3. Improving working equine welfare in 'hard-win' situations, where gains are difficult, expensive or marginal.

    Science.gov (United States)

    Pritchard, Joy; Upjohn, Melissa; Hirson, Tamsin

    2018-01-01

    Brooke is a non-government organisation with working equine welfare programmes across Africa, Asia and Latin America. In 2014, staff from ten country programmes were asked to identify 'no-win' situations (subsequently reframed as 'hard-wins')-where improving equine welfare is proving difficult, expensive and/or marginal-in order to inform strategic decisions on how to approach, manage and mitigate for such situations. The Delphi-type consultation process had three phases. Round 1 posed five questions in the form of a workshop, survey and semi-structured interviews. Round 2 re-presented key themes and sense-checked initial conclusions. Round 3 reviewed the nature and prevalence of hard-win situations at an international meeting of all participants. Reasons given for hard-win situations included: no economic or social benefit from caring for working animals; poor resource availability; lack of empathy for working equids or their owners among wider stakeholders; deep-seated social issues, such as addiction or illegal working; areas with a high animal turnover or migratory human population; lack of community cooperation or cohesion; unsafe areas where welfare interventions cannot be adequately supported. Participants estimated the prevalence of hard-win situations as 40-70% of their work. They suggested some current ways of working that may be contributing to the problem, and opportunities to tackle hard-wins more effectively. Respondents agreed that if equine welfare improvements are to span generations of animals, interventions cannot rely on relatively simple, technical knowledge-transfer strategies and quick-wins alone. Programmes need to be more flexible and iterative and less risk-averse in their approaches to embedding good equine welfare practices in all relevant actors. Consultation recommendations informed development of Brooke's new global strategy, a revised organisational structure and redefinition of roles and responsibilities to streamline ways to

  4. Teaching Win-Win Better Prepares Students for Subsequent Experiences in Life.

    Science.gov (United States)

    Brainard, Alan J.

    The psychology of competition and winning, especially in relation to learning and motivation, is discussed. The Personalized System of Instruction (PSI) approach to coursework is proposed as a means of using the winning philosophy in education. Also suggested is the inclusion into coursework design of a form of rhetoric developed by Carl Rogers…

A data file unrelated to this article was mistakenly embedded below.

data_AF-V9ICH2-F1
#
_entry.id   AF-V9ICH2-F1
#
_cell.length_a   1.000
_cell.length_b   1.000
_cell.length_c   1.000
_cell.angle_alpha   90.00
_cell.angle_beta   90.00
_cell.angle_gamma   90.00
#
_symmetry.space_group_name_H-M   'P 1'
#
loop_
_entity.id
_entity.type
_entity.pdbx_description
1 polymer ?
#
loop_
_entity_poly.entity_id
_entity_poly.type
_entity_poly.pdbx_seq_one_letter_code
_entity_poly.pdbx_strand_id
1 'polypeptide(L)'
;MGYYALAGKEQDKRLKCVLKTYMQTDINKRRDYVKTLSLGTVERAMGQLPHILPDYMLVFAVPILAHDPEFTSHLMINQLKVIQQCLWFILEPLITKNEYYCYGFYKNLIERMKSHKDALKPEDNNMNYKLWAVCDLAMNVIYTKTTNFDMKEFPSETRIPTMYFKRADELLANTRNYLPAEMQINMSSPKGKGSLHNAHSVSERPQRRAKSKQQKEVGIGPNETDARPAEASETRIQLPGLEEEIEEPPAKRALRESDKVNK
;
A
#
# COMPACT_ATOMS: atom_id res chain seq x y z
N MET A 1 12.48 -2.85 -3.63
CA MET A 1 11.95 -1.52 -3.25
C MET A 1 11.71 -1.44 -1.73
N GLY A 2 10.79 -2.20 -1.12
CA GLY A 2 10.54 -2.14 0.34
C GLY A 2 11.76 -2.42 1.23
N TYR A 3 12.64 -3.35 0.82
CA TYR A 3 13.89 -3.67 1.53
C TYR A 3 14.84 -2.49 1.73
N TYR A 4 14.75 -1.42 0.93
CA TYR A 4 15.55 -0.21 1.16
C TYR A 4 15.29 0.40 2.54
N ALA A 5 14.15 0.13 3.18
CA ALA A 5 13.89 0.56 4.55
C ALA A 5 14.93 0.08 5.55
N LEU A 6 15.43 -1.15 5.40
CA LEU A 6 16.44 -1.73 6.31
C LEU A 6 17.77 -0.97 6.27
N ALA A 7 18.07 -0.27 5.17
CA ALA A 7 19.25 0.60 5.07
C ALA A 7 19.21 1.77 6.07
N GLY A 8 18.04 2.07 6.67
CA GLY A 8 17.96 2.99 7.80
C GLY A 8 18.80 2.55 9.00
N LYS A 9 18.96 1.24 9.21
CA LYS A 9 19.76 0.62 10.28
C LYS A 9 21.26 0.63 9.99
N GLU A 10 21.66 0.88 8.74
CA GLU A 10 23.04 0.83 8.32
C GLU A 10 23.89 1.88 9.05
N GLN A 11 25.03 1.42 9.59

5. WinGraphics: An optimized windowing environment for interactive real-time simulations

    International Nuclear Information System (INIS)

    Verboncoeur, J.P.; Vahedi, V.

    1989-01-01

    We have developed a customized windowing environment, Win Graphics, which provides particle simulation codes with an interactive user interface. The environment supports real-time animation of the simulation, displaying multiple diagnostics as they evolve in time. In addition, keyboard and printer (PostScript and dot matrix) support is provided. This paper describes this environment

  6. Video lottery: winning expectancies and arousal.

    Science.gov (United States)

    Ladouceur, Robert; Sévigny, Serge; Blaszczynski, Alexander; O'Connor, Kieron; Lavoie, Marc E

    2003-06-01

    This study investigates the effects of video lottery players' expectancies of winning on physiological and subjective arousal. Participants were assigned randomly to one of two experimental conditions: high and low winning expectancies. Participants played 100 video lottery games in a laboratory setting while physiological measures were recorded. Level of risk-taking was controlled. Participants were 34 occasional or regular video lottery players. They were assigned randomly into two groups of 17, with nine men and eight women in each group. The low-expectancy group played for fun, therefore expecting to win worthless credits, while the high-expectancy group played for real money. Players' experience, demographic variables and subjective arousal were assessed. Severity of problem gambling was measured with the South Oaks Gambling Screen. In order to measure arousal, the average heart rate was recorded across eight periods. Participants exposed to high as compared to low expectations experienced faster heart rate prior to and during the gambling session. According to self-reports, it is the expectancy of winning money that is exciting, not playing the game. Regardless of the level of risk-taking, expectancy of winning is a cognitive factor influencing levels of arousal. When playing for fun, gambling becomes significantly less stimulating than when playing for money.

  7. Stellar students win fantastic prizes

    Science.gov (United States)

    2008-05-01